This week in the Civil War for March 29, 1865
The Average Redcoat

Children of Civil War veterans

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Iris Lee Gay Jordan, 92 (left), and Fred Upham, 93 (right)—two of the few remaining children of veterans of the Civil War—appear as they might have had they lived in the 1860s. The photographs are tintypes, made on a chemical-coated wet plate with a lens manufactured in 1862. 
PHOTOGRAPHS BY PETER ESSICK, NATIONAL GEOGRAPHIC
 
By David A. Lande

November 10, 2014

How many people alive today can say that their father was a Civil War soldier who shook hands with Abraham Lincoln in the White House? Fred Upham can.

Despite sounding like a tall tale and a mathematical impossibility, it's documented truth. Fred's father, William,was a private in the Union Army's Second Wisconsin Volunteer Infantry Regiment. He was severely wounded at the First Battle of Bull Run, in 1861, and later personally appointed by President Lincoln to the U.S. Military Academy at West Point.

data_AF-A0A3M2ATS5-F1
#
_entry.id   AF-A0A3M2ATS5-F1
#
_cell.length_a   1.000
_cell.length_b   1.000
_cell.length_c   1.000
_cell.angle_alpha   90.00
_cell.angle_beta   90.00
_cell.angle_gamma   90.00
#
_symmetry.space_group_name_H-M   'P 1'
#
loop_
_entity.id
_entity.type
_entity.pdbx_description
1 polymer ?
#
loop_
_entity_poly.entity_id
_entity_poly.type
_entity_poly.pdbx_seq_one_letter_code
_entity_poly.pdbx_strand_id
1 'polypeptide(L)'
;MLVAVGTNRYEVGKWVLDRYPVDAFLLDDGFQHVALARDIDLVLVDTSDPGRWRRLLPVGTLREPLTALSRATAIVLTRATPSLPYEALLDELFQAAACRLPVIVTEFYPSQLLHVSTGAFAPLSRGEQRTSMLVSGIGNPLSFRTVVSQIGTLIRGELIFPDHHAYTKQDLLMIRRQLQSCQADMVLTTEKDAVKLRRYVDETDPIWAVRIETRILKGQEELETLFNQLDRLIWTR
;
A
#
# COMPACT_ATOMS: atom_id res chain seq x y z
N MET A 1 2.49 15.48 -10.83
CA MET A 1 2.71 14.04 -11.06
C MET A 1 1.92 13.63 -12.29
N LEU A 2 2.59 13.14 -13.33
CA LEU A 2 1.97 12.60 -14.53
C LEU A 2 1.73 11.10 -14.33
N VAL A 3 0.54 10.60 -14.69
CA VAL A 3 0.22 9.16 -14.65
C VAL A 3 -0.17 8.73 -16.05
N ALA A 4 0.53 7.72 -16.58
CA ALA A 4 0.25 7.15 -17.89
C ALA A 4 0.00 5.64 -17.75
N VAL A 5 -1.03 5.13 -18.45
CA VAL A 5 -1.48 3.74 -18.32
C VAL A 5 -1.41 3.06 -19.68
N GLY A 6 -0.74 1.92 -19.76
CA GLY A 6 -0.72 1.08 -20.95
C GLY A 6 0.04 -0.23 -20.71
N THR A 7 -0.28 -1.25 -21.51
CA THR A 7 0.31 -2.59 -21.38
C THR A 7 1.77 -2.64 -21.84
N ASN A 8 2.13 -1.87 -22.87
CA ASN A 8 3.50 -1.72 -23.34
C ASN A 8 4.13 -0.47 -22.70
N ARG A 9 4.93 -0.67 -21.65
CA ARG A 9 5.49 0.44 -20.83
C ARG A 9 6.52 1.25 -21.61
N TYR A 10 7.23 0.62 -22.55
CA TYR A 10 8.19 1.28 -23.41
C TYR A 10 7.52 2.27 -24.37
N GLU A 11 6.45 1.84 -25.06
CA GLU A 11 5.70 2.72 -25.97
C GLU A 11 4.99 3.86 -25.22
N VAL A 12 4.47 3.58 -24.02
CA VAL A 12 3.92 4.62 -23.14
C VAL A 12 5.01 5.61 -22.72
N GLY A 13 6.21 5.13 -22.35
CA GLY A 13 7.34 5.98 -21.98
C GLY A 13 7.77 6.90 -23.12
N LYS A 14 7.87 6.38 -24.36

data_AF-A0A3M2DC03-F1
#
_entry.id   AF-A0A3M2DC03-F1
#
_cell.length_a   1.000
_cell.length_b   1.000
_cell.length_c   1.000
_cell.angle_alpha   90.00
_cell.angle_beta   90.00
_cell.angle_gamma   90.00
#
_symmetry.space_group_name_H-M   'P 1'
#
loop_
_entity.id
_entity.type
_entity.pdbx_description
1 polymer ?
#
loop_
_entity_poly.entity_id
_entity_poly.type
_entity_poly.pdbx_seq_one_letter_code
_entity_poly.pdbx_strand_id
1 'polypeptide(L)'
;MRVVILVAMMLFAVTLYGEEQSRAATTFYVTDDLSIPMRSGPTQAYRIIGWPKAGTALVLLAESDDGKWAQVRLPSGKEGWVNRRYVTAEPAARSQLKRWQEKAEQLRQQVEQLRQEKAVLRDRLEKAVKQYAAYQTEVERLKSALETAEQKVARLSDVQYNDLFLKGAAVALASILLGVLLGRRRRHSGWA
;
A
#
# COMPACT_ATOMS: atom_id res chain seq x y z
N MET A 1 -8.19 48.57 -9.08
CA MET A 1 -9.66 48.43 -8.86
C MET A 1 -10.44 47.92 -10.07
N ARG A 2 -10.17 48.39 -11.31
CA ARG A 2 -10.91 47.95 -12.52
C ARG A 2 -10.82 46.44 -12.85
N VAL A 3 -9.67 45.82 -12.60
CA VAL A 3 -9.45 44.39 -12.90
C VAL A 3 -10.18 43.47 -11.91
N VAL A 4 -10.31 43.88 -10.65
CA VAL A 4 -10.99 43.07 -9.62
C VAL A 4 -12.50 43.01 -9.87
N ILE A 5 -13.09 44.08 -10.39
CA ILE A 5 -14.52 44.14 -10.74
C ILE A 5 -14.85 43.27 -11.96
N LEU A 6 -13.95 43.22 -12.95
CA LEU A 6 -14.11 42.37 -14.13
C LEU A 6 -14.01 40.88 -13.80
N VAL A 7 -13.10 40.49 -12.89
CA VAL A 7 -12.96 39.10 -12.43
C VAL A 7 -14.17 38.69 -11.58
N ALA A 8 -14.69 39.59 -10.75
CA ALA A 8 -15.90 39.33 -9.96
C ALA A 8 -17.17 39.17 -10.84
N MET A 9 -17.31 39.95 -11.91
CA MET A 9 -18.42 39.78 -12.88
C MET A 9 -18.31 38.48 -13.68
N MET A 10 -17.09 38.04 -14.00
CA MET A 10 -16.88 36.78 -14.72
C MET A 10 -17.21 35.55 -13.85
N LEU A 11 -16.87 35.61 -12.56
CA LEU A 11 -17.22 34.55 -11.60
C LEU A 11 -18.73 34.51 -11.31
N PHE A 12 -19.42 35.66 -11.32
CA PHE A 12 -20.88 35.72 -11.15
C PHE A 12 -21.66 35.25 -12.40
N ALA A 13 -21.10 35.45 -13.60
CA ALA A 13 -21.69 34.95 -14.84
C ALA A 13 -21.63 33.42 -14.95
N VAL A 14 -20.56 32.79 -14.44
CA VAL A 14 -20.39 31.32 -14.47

Fred's in exclusive company—the dwindling group of children of soldiers who fought, North against South, 150 years ago.

Fewer than 35 of these remarkable offspring are now on the rolls of heritage groups that keep track of them. They're referred to as "real" sons and daughters and are given a place of honor at the ongoing events commemorating the sesquicentennial of the Civil War.

Read the complete article at National Geographic

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